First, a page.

>”None of these appearances does it call for her to be a brusque and negative pony, she is trying to look like a warm and welcoming person”
        -I thought she WAS a warm and welcoming person, not just trying to look like one. And you didn’t have to go on a long tirade about what a drill instructor is. I’m well aware. I just hope that in at least one of her future appearances, she’s the same chilled out celebrity pony I liked from her prior appearances.

        Riddle me this: How does quoting the “great and powerful Bronycurious” make my argument any LESS valid?

        >Okay, so want to know why Dash corralling all those clouds to catch her friends doesn’t break continuity, read this: http://derpiboo.ru/183734?scope=scpeca8cdc42620c2fa98146b2cebc890518f47621bd.
        -Assuming the science behind this is real, and not just headcanon, the average viewer isn’t going to notice, much less even know about all of that. As a viewer, I take what I’m given. Anyone can justify any flaw in any form of media through theory, interpretation, headcanon, all three, etc…

        >”While I agree that the show does not need super tight continuity, little itty bitty things mentioned in an episode in Season 1 should not be counted against an episode in Season 3″
        -That wasn’t a “little itty bitty thing”. That was a firm establishment of an aspect of the show’s lore! It’s perfectly worthy of being counted against an episode in season 3!

        >” if they were written by the same writer than fine I’d understand people being a bit miffed by it, but honestly, leave poor Merriwether alone. I honestly think she tries her hardest when giving us these episodes, and for the gem this episode is I don’t think it’s fair that people nitpick nitpicks just because it’s a Merriwether Williams episode.”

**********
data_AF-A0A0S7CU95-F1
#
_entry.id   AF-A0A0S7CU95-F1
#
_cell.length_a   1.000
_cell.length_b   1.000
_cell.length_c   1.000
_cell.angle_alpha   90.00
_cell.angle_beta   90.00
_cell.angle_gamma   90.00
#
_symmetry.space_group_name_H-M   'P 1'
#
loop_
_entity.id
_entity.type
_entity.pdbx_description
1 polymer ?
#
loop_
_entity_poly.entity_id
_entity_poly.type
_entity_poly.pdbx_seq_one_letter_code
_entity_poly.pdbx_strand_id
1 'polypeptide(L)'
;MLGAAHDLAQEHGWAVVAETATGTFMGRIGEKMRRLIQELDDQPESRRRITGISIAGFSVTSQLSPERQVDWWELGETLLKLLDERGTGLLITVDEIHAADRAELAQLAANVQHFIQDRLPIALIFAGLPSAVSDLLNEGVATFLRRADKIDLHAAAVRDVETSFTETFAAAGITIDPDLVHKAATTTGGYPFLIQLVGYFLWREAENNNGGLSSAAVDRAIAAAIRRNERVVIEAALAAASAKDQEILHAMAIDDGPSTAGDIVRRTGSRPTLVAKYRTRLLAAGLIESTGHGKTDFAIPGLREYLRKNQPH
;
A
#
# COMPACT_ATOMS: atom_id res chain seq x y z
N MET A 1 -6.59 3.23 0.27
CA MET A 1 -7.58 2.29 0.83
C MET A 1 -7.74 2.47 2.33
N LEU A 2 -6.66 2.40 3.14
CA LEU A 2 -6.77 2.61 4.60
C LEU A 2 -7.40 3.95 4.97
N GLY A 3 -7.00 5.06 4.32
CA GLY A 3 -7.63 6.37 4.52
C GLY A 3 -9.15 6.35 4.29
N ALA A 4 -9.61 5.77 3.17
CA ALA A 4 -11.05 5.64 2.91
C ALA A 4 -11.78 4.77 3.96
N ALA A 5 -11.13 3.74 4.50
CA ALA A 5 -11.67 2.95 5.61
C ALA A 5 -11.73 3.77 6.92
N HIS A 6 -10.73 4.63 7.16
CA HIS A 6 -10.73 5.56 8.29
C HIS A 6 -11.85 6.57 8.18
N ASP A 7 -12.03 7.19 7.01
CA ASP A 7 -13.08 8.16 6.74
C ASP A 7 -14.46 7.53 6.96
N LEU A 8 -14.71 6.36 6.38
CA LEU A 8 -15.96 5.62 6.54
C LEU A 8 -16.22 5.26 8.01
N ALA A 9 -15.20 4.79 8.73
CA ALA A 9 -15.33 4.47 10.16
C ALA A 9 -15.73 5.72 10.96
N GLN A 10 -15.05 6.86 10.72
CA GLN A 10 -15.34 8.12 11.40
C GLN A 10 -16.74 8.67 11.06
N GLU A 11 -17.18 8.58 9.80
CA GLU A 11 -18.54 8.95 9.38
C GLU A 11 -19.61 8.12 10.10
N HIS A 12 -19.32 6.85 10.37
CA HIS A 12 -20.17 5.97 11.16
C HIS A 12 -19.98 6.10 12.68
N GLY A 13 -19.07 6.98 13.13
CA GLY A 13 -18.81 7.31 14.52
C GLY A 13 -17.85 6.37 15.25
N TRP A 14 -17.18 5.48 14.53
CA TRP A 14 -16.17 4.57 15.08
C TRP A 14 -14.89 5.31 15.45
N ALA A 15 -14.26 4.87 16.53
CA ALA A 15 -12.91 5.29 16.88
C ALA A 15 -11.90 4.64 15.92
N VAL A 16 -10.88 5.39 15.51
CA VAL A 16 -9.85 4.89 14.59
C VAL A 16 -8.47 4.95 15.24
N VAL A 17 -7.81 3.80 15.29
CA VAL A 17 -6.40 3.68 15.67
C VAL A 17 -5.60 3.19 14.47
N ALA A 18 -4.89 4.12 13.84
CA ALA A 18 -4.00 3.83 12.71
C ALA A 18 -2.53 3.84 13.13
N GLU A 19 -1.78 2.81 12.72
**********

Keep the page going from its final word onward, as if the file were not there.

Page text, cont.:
-Okay… *sigh*… let me make one thing PERFECTLY clear. I am NOT judging this based on it being a Merriwether Williams episode. I am judging this as an episode of the show, the same way I judge EVERY episode. And just because someone is trying their hardest, that does NOT make their work good/exempt from criticism! That’s a terrible attitude to have! How else will they improve, or even know they have to improve if everyone puts on a smile and says, “Yeah, that’s good work. No problems whatsoever.” This applies to any field of work. Please explain to me your thought process behind this nonsensical attitude. I personally don’t like Double Rainboom, and when I tried to voice my negative opinions of it, as well as positively encourage what it did right, I got bombarded with comments by people who can’t handle criticism saying “Shut up! This isn’t an episode of the show, this is a fan project”, most of them with improper spelling and grammar, to which I’d reply that its creator, Zachary Rich, was aiming to become a professional in the animation industry, and criticism is exactly what he needs to improve. From what I’ve heard, he’s taken criticism into consideration, and is doing well for himself. Good for him.

        >”Many other writers of this show have left us without closure, the that comes to mind of the top of my head is Secret of My Excess. M.A. Larson brought to the forefront a lot uncomfortable implication, not to mention leaving a lot of questions unanswered. Yet, both him and the episode are still well liked. I could, if I wanted to, break that episode to smithereens and make it seem as bad as the worst episode in MLP (whichever one you think that is). “If you hit something hard enough with a hammer, it will break” and that’s just what everyone does to Merriwether Williams episodes.”
        -Have you seen the Nostalgia Critic’s video about Nitpicking? He brought up a lot of good points that I’ve never thought about before, but make perfect sense. And no, just because this came from him doesn’t mean that my argument isn’t valid or that I can’t think for myself, as you seem to think. But anyway, to summarize, all film and TV is an illusion. If it engages you with good writing, characters, etc, you are less likely to notice its flaws than you are if you aren’t engaged, in which case the flaws are far more noticeable. A bad movie fails to distract us with good writing, characters, environment, etc. This is also why, when someone knows a movie inside and out through repeated viewings, they focus on other things that they didn’t before, including the mistakes and inconsistencies, which still usually don’t bother them because everything else is so good. Again, film & TV is an illusion. In other words, don’t complain in a puppet show that you can see the puppeteer. Complain instead that you focused more on him than you did the puppet.